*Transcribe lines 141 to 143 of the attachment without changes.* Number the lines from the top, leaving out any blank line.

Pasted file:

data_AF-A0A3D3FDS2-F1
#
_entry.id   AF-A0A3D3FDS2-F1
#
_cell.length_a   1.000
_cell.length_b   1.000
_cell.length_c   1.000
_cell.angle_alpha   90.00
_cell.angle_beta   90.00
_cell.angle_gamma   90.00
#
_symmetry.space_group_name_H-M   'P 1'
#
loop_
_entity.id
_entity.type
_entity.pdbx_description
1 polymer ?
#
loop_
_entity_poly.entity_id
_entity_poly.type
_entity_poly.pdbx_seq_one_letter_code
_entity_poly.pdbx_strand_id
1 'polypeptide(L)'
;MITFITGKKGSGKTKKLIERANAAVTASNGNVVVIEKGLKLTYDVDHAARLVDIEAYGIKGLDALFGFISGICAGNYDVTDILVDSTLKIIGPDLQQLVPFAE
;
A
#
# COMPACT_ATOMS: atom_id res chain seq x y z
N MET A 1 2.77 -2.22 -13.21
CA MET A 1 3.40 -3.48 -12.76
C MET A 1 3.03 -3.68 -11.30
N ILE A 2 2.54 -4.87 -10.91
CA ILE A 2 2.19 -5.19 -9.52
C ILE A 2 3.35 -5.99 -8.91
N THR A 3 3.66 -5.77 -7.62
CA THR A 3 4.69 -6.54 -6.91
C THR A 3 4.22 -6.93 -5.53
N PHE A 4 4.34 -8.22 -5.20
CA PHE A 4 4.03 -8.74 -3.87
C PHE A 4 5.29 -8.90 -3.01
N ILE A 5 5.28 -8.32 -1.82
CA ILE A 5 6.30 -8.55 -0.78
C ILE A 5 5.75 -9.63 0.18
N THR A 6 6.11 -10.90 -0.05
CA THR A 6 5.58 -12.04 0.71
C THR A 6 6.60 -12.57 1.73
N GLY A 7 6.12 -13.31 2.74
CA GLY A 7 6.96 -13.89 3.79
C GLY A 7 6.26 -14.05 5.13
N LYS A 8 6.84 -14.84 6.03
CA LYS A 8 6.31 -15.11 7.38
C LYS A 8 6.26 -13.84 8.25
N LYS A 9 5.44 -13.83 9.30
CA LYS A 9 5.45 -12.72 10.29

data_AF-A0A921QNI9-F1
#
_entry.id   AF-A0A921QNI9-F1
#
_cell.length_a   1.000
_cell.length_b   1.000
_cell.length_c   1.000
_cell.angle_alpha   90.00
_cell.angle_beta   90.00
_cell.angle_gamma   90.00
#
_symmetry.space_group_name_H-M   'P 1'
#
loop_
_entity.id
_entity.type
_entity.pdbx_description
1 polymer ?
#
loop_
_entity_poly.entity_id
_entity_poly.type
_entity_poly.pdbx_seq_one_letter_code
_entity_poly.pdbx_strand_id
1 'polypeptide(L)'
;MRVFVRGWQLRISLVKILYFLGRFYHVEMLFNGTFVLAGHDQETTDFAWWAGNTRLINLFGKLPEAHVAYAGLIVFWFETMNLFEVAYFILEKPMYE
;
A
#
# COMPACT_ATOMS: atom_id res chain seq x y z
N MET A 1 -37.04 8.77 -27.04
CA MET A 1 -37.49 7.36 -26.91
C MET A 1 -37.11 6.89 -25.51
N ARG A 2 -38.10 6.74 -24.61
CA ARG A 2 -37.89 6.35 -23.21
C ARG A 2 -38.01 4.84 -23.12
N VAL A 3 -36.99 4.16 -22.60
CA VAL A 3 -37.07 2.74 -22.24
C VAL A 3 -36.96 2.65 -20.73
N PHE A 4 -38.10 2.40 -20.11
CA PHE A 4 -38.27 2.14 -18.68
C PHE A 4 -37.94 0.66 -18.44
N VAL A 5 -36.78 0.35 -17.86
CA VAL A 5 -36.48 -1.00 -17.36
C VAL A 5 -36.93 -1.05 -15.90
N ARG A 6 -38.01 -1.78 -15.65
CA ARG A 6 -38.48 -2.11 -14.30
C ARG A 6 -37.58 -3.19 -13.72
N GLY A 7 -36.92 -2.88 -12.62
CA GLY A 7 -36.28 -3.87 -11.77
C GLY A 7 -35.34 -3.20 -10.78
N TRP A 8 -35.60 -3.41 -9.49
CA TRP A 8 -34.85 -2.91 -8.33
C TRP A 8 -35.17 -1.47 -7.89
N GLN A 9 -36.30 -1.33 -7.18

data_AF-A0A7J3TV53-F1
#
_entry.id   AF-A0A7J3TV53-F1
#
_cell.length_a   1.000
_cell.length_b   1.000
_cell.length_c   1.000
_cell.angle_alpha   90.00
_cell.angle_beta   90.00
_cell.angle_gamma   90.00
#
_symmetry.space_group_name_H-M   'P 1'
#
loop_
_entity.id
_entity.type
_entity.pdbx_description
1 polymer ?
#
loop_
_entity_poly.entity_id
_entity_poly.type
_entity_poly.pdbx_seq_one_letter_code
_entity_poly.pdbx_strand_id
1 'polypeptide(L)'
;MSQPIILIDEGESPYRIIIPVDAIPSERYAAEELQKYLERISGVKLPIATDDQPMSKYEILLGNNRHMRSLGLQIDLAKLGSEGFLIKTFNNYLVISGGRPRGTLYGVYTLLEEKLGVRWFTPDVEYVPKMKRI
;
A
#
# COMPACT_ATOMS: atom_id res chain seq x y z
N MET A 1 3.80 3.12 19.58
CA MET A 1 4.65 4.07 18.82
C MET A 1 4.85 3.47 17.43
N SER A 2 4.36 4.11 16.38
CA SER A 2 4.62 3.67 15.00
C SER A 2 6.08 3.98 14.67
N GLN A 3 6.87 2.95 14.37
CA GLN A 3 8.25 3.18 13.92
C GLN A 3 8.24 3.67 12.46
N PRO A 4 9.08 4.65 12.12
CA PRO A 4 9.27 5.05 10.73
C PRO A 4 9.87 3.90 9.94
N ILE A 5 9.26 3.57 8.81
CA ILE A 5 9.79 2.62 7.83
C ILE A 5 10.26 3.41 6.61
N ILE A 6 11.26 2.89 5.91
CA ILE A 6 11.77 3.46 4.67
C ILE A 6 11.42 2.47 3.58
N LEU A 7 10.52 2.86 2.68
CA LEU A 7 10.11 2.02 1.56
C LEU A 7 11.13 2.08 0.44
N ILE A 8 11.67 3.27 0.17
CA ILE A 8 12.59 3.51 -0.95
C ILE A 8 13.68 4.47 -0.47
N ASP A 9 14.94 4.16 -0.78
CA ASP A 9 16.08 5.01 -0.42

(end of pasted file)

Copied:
# COMPACT_ATOMS: atom_id res chain seq x y z
N MET A 1 3.80 3.12 19.58
CA MET A 1 4.65 4.07 18.82